As my loyal fans will know, I am a huge fan of mysteries and I love using them in the classroom. Mysteries are fun for students. You can bring up fun topics like murder and mayhen in an acceptable way. They teach logic , inference, and connection-making. And they lend themselves to practicing speculation, modals of certainty, not to mention mixed verb tenses.
So I was excited, if confused to see a post about teaching argument writing with mysteries on the English Companion Ning. It included a link to this school textbook on Argument Writing (No idea how legal this link is, but it is hosted by the publisher so click at your own risk) by Heinemann that starts out with a mystery(And also a fencing metaphor so this is pretty much the perfect textbook for me)!
I had never thought about it, but solving mysteries also involves marshaling relevant evidence and sorting opinion from fact, important skills for writing an argument or opinion essay! This seems like the most brilliant idea in the world and if anyone wants to hire me or join me writing a textbook on using mysteries in the ESL classroom, I would be ecstatic!
A Cool Web Resource for Mysteries
In the course of looking up some of the resources referred to on the Ning site, I stumbled on: 5 Minute Mystery which has short mysteries that can indeed be solved in 5 minutes or so. It also has a points and ranking system which makes it fun for students–you can even set up a league. But what I really like is the scoring system that gives you points for not only solving the mystery, but also identifying clues that incriminate or exonerate suspects. Sort of a high-tech version of my Mystery Solving Worksheet from my own mystery unit.
I like warming students up to mysteries by writing Whodunit on the board and having students guess what it means. It’s also fun to discuss the bad grammar of the target phrase (Who done it?) and the reason for it; I don’t actually know but it sounds like it targets readers of pulp crime fiction who may not be incredibly well-educated and are anxious to get to the solution, in other words the people who read detective stories for fun. Which is what we want our students to do, right? Read for fun?
My EVO session on Crafting the ePerfect eBook is done and I even have the certificate to prove it!
It’s been really interesting. I’m not sure what I had expected. I was looking to get some advice on writing and writing online and maybe some more experience. I came in with a few vague ideas that I have had for online textbooks but haven’t been sure are feasible. In the end, I went in a direction that was different from the majority–rather than an eBook for students, I ended up starting an eBook for teachers (based on some research I’ve done on cooperative or collaborative group work).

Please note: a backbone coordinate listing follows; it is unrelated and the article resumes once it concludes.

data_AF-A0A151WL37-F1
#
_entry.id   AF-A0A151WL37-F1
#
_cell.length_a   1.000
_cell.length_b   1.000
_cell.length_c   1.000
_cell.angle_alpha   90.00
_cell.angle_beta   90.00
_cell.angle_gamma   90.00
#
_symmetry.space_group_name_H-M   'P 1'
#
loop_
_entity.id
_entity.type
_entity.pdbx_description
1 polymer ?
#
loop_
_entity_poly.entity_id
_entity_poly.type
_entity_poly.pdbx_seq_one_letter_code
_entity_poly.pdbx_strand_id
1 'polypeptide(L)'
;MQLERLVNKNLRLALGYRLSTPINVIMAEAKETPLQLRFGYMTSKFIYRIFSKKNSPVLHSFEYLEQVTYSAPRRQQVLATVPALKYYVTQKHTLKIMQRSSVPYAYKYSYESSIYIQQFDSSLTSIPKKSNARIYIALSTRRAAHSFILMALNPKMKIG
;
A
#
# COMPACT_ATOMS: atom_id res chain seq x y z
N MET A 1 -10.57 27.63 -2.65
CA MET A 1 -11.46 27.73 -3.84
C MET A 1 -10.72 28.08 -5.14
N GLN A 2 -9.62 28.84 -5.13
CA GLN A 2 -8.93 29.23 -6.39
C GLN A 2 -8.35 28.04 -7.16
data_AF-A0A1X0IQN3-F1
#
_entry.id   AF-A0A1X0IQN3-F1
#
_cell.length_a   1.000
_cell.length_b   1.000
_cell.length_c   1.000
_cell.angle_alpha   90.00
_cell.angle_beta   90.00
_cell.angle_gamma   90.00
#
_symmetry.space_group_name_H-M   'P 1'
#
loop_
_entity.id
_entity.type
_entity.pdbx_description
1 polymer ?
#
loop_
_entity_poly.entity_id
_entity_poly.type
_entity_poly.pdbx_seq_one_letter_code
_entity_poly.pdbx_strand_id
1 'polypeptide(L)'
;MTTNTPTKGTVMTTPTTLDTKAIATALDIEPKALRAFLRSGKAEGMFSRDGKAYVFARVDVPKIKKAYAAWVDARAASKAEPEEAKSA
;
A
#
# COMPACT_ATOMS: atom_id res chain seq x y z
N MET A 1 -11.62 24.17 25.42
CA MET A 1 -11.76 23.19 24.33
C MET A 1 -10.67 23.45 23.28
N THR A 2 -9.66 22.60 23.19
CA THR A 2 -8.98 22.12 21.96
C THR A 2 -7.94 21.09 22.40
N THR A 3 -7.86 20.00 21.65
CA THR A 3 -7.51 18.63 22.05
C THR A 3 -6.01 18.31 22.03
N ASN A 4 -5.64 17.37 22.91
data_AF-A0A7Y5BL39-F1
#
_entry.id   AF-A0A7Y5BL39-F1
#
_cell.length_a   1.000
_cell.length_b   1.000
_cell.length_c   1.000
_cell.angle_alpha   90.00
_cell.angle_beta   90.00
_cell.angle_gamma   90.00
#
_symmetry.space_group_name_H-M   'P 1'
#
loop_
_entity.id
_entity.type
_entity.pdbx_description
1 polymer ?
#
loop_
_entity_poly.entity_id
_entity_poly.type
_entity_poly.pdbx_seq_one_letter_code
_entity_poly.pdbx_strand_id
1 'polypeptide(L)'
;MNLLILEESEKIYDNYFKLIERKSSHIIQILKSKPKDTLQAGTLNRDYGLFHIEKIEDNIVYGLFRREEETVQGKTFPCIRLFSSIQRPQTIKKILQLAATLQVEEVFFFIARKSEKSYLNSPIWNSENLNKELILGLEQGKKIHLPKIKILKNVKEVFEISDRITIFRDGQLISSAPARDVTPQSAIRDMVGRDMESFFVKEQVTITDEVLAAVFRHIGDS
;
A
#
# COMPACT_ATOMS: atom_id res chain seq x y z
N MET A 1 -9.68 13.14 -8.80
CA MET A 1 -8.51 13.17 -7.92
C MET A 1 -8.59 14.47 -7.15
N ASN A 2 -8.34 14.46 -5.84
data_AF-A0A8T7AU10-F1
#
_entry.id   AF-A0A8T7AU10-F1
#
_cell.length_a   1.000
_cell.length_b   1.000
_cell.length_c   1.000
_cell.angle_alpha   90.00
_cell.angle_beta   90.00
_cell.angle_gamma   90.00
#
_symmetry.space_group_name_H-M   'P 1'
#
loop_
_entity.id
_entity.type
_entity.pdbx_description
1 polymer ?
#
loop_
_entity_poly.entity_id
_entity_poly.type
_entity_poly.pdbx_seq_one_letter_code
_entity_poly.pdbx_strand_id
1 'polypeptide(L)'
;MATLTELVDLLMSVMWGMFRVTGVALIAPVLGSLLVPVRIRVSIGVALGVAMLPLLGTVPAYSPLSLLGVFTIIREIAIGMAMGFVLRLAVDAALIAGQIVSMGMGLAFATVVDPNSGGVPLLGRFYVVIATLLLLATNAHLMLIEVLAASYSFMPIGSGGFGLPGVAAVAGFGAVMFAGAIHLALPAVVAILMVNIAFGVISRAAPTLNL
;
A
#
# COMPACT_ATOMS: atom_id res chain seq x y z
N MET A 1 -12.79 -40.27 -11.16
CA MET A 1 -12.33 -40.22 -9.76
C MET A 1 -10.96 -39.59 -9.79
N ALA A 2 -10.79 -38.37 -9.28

The best part of the workshop was probably all the moral support and all the examples. I got a lot out of looking at other people’s books. I also picked up a lot of Ebook Resources including publishing formats and articles and programs.
Most importantly, it was a chance to reflect on what an ebook is and what it can do. I recently posted here that for the main advantage of an eBook is its portability. I can read on my iPhone everywhere which I really enjoy. However, the idea of an interactive eTextbook never fully grabbed me. In fact, the last place I worked when they did eBooks, they very similarly basically scanned everything on to the Internet and added the listening files. I suppose my feeling as a teacher was that working with paper and working with technology are basically the same thing except working with technology often takes longer.
My eyes have really been opened. I see there are a lot of fun interactive toys on the Internet that can be used for education AND can be incorporated into an eBook. Another of my objections was that I like books to be, well, books–finite, concrete, holdable. There should be a thing there that is a book. Books don’t have to be linear but they shouldn’t be infinite or uncontained. So it was interesting to see how people embedded widgets or even links into PDFs and other ebook formats. That way you have a page that is self-contained but links out.
That’s probably the area I learned the most about: formatting. And the area that I would like to discover more about is design. I’d really like to find pages with concrete advice about fonts to use, how to space and align things and so on.
So overall I got a lot out of it and I plug away at my eBook from time to time. Maybe you’ll see it offered on this very site!
As part of the EVO eTextbook Course, I’m keeping a list of resources and ideas here for creating digital media. Feel free to make more suggestions!
I love ambitious projects and this Write a Book project seems very ambitious. Here are some awesome resources if you are brave enough to demand that your students actually write a book:Write-A-Book Project Resources.
Maybe you can tie it into:
A really nice resource. DIY online flash cards. It seems a lot more customizable than Quizlet or Memrise for example.
Flashcard Machine – Create, Study and Share Online Flash Cards.
And see some of my suggestions on using Flash Cards in class
This post is almost 100% for my own benefit so I don’t lose these links. Really great sounding games.
From: Best Language Learning Games Part 5 of 5 by Marc Anderson on TESOL Blog